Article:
Created By: Eclipt on July 13, 2009

Locked Out Of The Fight

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Didn't find it through Lost and Found, so:

Sometimes, writers want their main character to be accompanied through the plot by some friends and allies, but also want their main character to fight a bad guy one-on-one, without being helped. This means that they must find some excuse for the allies to be removed from the fight. The allies may be able to see the fight, and may be able to shout encouragement, and may even be able to do small things that assist the protagonist, but they're unable to actually take part directly.

There are lots of methods for achieving this. A door which the main character walks through could suddenly slam shut and lock itself before the allies can follow. The roof can collapse, with the main character and the allies ending up on different sides of the rubble. The main character can nobly tell his allies to swing across a deep ravine first, only to have the rope break before the main character gets a turn. Everybody could be caught in an explosion, with only the main character and the villain remaining conscious. Or whatever - the point is that although the main character has friends, events have contrived to remove those friends from the fight.

Reasons for doing this vary. For one thing, it increases the sense of danger, especially if the method of incapacitating the allies leaves them in trouble if the protagonist loses. It also allows a protagonist to demonstrate toughness and skill more effectively than if it's a team effort - defeating the villain in a one-on-one fight is more impressive than defeating the villain in a six-on-one fight. And sometimes, it's just thematically or narratively appropriate that the protagonist defeats the villain alone.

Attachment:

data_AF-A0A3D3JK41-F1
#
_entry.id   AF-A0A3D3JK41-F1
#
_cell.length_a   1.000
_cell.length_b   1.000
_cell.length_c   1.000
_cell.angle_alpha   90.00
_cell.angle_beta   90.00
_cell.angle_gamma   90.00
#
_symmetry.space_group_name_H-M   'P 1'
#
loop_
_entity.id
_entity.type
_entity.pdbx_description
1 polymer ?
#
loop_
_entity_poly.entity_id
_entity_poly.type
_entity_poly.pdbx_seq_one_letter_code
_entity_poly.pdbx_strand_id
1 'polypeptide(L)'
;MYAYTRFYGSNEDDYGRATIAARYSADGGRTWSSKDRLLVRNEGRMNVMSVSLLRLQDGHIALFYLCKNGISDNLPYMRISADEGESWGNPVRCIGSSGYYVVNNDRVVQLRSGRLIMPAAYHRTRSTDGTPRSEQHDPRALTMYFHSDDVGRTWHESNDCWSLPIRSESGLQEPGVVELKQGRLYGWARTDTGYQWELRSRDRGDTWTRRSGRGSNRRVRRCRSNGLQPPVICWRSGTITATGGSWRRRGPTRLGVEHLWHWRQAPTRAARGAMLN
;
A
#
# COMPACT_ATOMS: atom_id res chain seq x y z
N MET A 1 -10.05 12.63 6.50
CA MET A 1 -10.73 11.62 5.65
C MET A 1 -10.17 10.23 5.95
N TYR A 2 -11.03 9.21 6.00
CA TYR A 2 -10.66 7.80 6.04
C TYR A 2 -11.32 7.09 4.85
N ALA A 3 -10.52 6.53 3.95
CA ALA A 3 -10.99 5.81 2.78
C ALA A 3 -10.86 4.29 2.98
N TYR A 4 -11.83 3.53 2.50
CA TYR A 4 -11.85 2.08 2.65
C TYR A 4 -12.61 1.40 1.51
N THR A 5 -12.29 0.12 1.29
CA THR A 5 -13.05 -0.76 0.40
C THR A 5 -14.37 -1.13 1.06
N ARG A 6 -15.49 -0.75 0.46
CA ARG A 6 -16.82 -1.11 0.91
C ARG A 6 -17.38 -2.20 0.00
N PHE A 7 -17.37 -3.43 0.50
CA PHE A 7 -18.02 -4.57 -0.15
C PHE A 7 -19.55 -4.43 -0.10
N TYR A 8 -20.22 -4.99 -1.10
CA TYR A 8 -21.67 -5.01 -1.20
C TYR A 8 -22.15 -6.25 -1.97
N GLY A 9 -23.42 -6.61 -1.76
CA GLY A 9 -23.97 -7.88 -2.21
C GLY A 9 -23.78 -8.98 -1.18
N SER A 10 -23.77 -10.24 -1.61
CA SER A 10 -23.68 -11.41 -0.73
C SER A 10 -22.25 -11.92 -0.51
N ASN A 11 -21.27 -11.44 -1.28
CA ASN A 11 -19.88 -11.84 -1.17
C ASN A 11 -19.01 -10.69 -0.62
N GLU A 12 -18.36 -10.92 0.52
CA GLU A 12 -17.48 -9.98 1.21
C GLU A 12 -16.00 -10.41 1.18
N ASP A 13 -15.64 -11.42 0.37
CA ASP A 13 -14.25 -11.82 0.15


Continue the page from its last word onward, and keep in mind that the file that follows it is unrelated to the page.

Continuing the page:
Compare with This Is Something He's Got To Do Himself and Combat by Champion, where the hero fights alone but it's deliberate. Also compare with We Are "Team Cannon Fodder" and Only I Can Kill Him, where the allies can take part in the fight, but are just not able to actually achieve anything.

  • In the final fight of Star Wars: Episode 1, Obi-Wan is cut off from the fight between Qui-Gon and Darth Maul by some ominously glowing force-fields, and as such, can't help.
  • [provided by ndmp45 when I asked about this at Lost and Found] From Kingdom Hearts 1: When Sora is rushing up the stairs to fight Riku/Ansem in Hollow Bastion, he passes the top of the stairs safely but Goofy (and shortly afterwards, Donald) are blocked out from the arena by an invisible wall. The same thing happens when he fights some of the end-game bosses. What the hell, this trope is used every time Sora fights alone in the series (also in KH2 in the cutscene against Roxas, the card fight against Luxord, the one-on-one match with Xehanort's Nobody, etc., etc.)
Community Feedback Replies: 17
  • July 13, 2009
    Christopher Tumber
    Star Trek TOS episode "Arena".
  • July 14, 2009
    nick uzifang
    Clint Eastwood movie "Gran Torino."
  • July 14, 2009
    random surfer
    The hero could just say "nobody help me. I'm doing this on my own." Happens at the end of Act I of Cyrano De Bergerac when he goes off to battle 100 men. (ETA: I don't think this is covered by This Is Something Hes Got To Do Himself, Combat By Champion, or anything else I've come across.)
  • July 14, 2009
    Unknown Troper
    In the book Harry Potter and the Sorcerer's Stone, the challenges require both Ron and Hermione to stay behind, leaving only Harry to actually reach the stone and fight for it.
  • July 14, 2009
    Paul Atreides in Dune does this with Feyd-Rautha Harkonnen. It's even lampshaded in the book, and for once justified that Paul is just plain old stubborn like his grandfather (who got himself killed bullfighting).

    Baldurs Gate does this a couple of times, too. Although most of the time you can circumvent the rule somewhat by buffing the protagonist up before the encounter in question begins.